Category 5 storm Otis caused devastation to Acapulco and surrounding areas.
Published on: 10-30-2023
Two days after Hurricane Otis caused devastating damage to Acapulco, Mexico, the Seventh-day Adventist Church delivered its first truck of food and basic supplies to assist the hundreds of members affected by the Category 5 storm. The storm claimed the lives of more than two dozen people and damaged and flooded building and homes.
Hurricane Otis, which struck on Oct. 25, 2023, is the strongest storm on record in the area, affecting more than 500,000 homes and businesses, authorities reported. Power is slowly being restored.
Abraham Sandoval, president of the Inter-Oceanic Mexican Union, said he has been in communication with South Pacific Conference administrators who oversee the church in the states of Guerrero and Morelos. “Many of our church members have been hit hard, their homes damaged, and they are in great need of food and basic supplies for their families,” Sandoval said. No casualties among the membership have been reported. There are more than 2,000 church members in the 30 congregations in Acapulco.
Pharmacies and grocery stores in Acapulco do not have enough medicines, food or supplies at the moment, so collecting food and essential items for the affected families began hours after the news of the storm broke, Sandoval said.
“All of the 11 fields comprising our union immediately began to send funds to assist the needs of the members, and local congregations began to collect food and essentials,” Sandoval said. The first truck with food arrived today at Central Adventist Church in Acapulco, which has been designated as the distribution command center. The church sustained minor damage, church leaders said. Two blocks from the church is 16 de Septiembre Adventist School — a K-12 institution — which sustained damage to its roof and some classrooms. The school will remain closed until damage assessments are complete.
Navigating through the aftermath of the hurricane and assessing all the damages to members’ homes and churches will take some time, church leaders said. “Many of the families will not leave their homes and may need covers, mattresses and other home needs soon,” Sandoval said. “For now, we need to make sure our members are safe and have the basic needs. We continue to pray for them.” Two additional trucks full of food and supplies are scheduled to be delivered in Acapulco in the coming days.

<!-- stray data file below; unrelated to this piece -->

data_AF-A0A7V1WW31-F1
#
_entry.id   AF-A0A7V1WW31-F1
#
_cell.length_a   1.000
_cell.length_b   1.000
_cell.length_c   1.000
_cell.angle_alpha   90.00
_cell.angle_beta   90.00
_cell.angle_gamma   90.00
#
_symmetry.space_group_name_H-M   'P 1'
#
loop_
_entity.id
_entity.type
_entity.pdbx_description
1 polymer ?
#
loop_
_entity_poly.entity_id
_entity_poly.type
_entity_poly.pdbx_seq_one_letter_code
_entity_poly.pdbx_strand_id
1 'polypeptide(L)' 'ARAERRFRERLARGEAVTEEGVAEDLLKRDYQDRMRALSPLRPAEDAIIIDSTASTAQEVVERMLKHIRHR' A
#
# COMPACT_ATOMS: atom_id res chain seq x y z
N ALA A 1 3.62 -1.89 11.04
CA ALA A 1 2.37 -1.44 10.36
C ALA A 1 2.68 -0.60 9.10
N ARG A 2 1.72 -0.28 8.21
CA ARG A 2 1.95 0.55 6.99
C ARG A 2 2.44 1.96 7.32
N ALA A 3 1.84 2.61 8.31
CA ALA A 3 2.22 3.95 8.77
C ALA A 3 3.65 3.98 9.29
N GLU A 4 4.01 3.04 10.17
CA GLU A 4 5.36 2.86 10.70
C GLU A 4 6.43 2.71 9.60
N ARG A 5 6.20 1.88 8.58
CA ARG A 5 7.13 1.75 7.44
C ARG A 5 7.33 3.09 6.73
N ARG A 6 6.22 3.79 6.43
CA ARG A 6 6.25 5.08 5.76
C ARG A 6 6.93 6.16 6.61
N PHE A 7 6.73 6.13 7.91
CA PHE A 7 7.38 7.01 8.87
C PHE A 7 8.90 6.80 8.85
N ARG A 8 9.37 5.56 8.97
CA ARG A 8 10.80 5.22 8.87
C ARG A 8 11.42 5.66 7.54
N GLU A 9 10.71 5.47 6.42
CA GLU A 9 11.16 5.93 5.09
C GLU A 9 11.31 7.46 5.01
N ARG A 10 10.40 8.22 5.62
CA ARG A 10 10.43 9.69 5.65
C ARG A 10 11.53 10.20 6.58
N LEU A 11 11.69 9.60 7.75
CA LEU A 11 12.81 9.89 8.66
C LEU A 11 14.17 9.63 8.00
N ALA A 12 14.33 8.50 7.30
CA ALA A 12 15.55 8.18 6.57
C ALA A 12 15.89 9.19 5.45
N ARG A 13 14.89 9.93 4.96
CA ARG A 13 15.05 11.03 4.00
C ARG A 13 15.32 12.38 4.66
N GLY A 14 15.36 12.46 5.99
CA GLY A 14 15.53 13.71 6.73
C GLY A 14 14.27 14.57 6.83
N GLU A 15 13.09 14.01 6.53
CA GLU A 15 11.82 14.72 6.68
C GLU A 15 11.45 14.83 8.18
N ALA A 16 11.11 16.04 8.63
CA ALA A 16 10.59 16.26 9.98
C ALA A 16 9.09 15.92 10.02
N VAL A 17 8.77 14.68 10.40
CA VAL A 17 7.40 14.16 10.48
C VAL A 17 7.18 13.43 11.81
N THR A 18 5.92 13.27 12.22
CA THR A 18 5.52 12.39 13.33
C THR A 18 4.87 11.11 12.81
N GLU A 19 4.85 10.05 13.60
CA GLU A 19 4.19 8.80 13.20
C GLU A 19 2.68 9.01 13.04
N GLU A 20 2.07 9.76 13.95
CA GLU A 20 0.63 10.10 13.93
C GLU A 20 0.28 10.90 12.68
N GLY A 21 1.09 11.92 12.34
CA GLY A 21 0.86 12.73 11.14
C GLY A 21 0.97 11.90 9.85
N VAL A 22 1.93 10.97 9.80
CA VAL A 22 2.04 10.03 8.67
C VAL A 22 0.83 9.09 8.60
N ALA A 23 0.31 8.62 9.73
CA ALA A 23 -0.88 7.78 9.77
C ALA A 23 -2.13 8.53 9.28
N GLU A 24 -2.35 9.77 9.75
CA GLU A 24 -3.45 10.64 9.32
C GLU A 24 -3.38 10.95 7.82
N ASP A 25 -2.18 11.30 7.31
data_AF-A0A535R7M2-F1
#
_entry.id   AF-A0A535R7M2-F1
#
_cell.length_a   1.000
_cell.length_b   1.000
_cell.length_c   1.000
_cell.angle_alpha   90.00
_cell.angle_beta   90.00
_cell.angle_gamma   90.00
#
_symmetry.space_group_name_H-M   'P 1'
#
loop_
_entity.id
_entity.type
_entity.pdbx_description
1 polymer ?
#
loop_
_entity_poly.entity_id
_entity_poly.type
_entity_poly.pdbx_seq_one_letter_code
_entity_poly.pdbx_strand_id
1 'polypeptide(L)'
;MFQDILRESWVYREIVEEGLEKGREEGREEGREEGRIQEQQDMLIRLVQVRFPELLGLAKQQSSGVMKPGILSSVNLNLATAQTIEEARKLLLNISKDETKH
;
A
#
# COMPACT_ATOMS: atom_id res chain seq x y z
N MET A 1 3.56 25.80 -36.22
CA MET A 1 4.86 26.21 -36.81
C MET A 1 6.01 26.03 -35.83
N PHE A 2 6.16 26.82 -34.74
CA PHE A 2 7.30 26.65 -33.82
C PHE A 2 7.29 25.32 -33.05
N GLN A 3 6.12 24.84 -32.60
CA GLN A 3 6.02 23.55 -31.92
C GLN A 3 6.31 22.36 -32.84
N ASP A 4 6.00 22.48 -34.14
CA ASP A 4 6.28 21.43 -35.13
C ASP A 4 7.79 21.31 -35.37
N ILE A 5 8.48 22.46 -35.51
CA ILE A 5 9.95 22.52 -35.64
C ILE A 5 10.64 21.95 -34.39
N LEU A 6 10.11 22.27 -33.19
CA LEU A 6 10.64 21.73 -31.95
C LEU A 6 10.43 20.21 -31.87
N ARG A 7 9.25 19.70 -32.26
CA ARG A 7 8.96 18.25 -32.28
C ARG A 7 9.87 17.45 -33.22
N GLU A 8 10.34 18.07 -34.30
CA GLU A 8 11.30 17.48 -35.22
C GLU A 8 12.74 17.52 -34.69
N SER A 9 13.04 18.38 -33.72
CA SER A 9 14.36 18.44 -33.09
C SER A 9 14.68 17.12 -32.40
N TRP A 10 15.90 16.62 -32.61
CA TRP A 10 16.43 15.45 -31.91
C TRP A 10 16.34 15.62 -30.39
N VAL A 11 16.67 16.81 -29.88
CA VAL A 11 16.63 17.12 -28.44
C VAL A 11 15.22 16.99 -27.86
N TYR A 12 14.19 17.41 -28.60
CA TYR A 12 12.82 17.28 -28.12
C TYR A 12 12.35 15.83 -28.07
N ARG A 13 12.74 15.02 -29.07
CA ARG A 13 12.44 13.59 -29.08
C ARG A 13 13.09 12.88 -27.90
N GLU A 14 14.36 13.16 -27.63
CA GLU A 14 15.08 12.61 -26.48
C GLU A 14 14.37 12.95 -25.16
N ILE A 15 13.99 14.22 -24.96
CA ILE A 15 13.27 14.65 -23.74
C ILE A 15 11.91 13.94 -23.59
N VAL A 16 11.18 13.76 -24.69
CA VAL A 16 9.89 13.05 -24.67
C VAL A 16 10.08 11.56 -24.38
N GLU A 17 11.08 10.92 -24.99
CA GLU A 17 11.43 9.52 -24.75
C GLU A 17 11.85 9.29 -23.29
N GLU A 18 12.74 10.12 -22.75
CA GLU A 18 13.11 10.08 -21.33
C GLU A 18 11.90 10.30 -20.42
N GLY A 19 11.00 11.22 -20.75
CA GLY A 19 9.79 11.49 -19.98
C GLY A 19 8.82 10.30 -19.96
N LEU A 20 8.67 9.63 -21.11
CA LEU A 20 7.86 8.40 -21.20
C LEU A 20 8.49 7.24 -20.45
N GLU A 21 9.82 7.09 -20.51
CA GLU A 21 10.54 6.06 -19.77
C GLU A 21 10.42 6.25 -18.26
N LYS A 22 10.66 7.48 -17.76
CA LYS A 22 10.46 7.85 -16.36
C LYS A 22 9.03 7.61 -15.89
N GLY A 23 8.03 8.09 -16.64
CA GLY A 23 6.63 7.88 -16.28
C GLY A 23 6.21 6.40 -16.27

The Adventist Development and Relief Agency (ADRA) in Mexico mobilized its Emergency Response Team (ERT) and has been awaiting for official authorization as a nongovernmental organization to have access into Acapulco, ADRA Mexico director Ruben Ponce said.
ADRA International and ADRA Inter-America funds have kicked in to assist the affected families in Acapulco, and aid will begin as soon as the ERT completes its on-the-ground assessments, Ponce said. “We know that the damage in rural communities in the Acapulco district are widespread,” Ponce said. “As soon as we are given access, we will be able identify affected communities which will be selected to receive the first distribution of humanitarian aid.”
Ponce said ADRA Mexico was able to contact several volunteers in the most affected areas for initial general assessment.
“Acapulco’s airport is not operating, the main hospital was completely destroyed, and roads and bridges to the city are gravely affected, which make many communities inaccessible.” Ponce said. ADRA Mexico is ready to assist with prepaid cards to 430 families. They are also coordinating a health team in collaboration with UNICEF.
ADRA Mexico has also been promoting a fundraising campaign through its social media platforms to benefit the affected communities in Acapulco.